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Audentes Therapeutics, Inc. (NASDAQ:BOLD)
Q3 2019 Earnings Call
Nov 7, 2019, 4:30 p.m. ET

Contents:

  • Prepared Remarks
  • Questions and Answers
  • Call Participants

Prepared Remarks:

Operator

Good afternoon ladies and gentlemen and welcome to the Audentes Therapeutics Third Quarter 2019 Earnings Conference Call. [Operator Instructions]

I would now like to turn the call over to Andrew Chang Head of Investor Relations at Audentes. Please go ahead.

Andrew Chang -- Head of Investor Relations

Thank you operator and good afternoon everyone. Just after market close today we issued a press release with earnings and operating results for the third quarter 2019. The press release and live webcast access are available on the Investors and Media section of the Audentes website at www.audentestx.com. The webcast link will be available for approximately 30 days. Joining me on the call today are Matt Patterson Chairman and Chief Executive Officer; Natalie Holles President and Chief Operating Officer; and Tom Soloway Executive Vice President and Chief Financial Officer.Before we begin with prepared comments I'd like to remind callers that the information discussed on the call today is covered under the safe harbor provisions of the Private Securities Litigation Reform Act. I caution listeners that the company's management will be making forward-looking statements. Actual results could differ materially from those stated or implied by our forward-looking statements due to risks and uncertainties associated with the company's business. These forward-looking statements are qualified in their entirety by the cautionary statements contained in today's press release and the company's SEC filings. The content of this conference call contains time-sensitive information that is accurate only as of the date of this live broadcast November 7 2019. Audentes undertakes no obligation to revise or update any forward-looking statements to reflect events or circumstances after the date of today's call except as required by law.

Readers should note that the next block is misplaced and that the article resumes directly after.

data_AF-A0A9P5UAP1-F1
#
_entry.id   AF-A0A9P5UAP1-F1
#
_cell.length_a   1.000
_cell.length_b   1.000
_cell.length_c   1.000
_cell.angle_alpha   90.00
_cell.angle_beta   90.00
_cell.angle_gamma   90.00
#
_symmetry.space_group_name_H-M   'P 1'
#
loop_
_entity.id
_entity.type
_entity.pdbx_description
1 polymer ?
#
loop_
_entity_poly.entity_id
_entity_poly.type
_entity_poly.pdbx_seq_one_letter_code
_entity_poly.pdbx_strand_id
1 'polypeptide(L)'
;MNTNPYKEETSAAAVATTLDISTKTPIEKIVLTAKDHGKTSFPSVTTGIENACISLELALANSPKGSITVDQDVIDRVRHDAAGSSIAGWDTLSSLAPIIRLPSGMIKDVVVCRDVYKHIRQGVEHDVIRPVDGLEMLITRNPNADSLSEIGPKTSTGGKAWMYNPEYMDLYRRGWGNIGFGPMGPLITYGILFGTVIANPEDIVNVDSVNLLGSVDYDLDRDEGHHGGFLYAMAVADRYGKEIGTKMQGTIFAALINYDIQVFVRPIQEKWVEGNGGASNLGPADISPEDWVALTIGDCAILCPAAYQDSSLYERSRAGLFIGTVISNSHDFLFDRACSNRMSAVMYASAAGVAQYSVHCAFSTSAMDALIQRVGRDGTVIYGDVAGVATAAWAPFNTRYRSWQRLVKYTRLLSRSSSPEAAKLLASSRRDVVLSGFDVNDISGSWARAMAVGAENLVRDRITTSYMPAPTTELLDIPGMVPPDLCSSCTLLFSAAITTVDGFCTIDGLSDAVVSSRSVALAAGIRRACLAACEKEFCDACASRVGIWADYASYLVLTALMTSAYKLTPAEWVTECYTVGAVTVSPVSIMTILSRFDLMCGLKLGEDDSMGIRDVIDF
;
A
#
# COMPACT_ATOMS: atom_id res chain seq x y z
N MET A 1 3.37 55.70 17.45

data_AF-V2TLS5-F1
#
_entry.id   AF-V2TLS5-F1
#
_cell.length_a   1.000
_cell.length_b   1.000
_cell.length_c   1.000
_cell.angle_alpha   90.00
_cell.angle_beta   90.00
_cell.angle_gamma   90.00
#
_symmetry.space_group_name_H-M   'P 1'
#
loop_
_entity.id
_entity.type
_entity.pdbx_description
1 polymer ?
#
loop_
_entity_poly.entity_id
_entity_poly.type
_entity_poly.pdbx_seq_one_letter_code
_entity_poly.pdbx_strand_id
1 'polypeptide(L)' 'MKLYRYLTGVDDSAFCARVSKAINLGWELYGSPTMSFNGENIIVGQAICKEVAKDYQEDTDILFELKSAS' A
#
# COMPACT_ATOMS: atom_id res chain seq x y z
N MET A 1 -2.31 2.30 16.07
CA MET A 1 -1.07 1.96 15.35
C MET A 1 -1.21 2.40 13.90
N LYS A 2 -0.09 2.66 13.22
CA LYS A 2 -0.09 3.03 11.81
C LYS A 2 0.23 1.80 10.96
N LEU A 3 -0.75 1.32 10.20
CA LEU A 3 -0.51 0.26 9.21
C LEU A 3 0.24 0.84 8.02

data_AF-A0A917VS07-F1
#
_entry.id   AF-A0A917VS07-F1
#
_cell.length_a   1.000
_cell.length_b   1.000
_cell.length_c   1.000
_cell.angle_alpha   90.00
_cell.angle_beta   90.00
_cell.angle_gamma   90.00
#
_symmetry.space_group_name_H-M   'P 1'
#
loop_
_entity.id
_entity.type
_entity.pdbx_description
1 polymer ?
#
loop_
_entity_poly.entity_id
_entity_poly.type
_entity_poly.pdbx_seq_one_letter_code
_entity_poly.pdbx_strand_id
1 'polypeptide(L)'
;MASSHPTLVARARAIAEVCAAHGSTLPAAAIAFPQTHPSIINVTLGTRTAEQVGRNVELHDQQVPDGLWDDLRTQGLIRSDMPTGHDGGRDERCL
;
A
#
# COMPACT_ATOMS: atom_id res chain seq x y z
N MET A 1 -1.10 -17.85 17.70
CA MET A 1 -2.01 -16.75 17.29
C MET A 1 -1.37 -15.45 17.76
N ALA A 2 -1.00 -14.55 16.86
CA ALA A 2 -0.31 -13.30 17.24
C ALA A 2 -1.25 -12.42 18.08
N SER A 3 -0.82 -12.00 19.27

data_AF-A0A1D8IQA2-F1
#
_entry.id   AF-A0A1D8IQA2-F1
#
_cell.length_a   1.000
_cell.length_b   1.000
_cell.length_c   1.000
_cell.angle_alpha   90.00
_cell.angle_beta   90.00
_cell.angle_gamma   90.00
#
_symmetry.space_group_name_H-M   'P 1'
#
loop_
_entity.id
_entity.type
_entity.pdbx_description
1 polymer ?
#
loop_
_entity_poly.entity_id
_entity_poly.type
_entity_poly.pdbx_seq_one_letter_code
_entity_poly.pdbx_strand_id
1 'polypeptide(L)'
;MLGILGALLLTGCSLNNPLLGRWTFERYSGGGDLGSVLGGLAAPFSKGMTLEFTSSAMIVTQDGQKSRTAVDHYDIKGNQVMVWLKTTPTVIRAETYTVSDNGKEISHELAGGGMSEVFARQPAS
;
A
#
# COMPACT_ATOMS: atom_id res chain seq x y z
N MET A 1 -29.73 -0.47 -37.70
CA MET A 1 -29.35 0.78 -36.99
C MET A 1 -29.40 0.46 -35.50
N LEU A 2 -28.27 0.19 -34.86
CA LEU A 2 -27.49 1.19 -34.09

I would now like to turn the call over to Matt Patterson Chairman and Chief Executive Officer. Matt?

Matthew R. Patterson -- Chairman and Chief Executive Officer

Thank you Andrew and good afternoon. Thanks for joining us today. We are pleased to share with you the recent progress we've made across our product portfolio as well as several important key milestones we're looking forward to as we close the year.Beginning with our lead program AT132 for X-linked myotubular myopathy or XLMTM we were pleased to present updated positive data from ASPIRO at the recent World Muscle Society Meeting in early October. We were particularly excited to report that the first seven treated patients all six treated patients in cohort one and the first patient treated in cohort two are now ventilator independent and four patients are now walking independently or with support. These outcomes stand in stark contrast to the natural disease course of XLMTM. Feedback from our treating physicians and KOLs continues to characterize these clinical benefits as unprecedented in the field of neuromuscular disease. And importantly AT132 continues to be generally well tolerated with a manageable safety profile across both dose cohorts.

Turning to the pivotal expansion cohort for ASPIRO I'm pleased to share that as part of our patient identification efforts we were able to identify two additional patients who met the study criteria bringing the total planned enrollment to 10 patients or 5 age-matched treatment and delayed-treatment control pairs. We expect to imminently complete enrollment of the final patient and as a result remain on track to submit a BLA in the United States in mid-2020 and a MAA in Europe in the second half of 2020.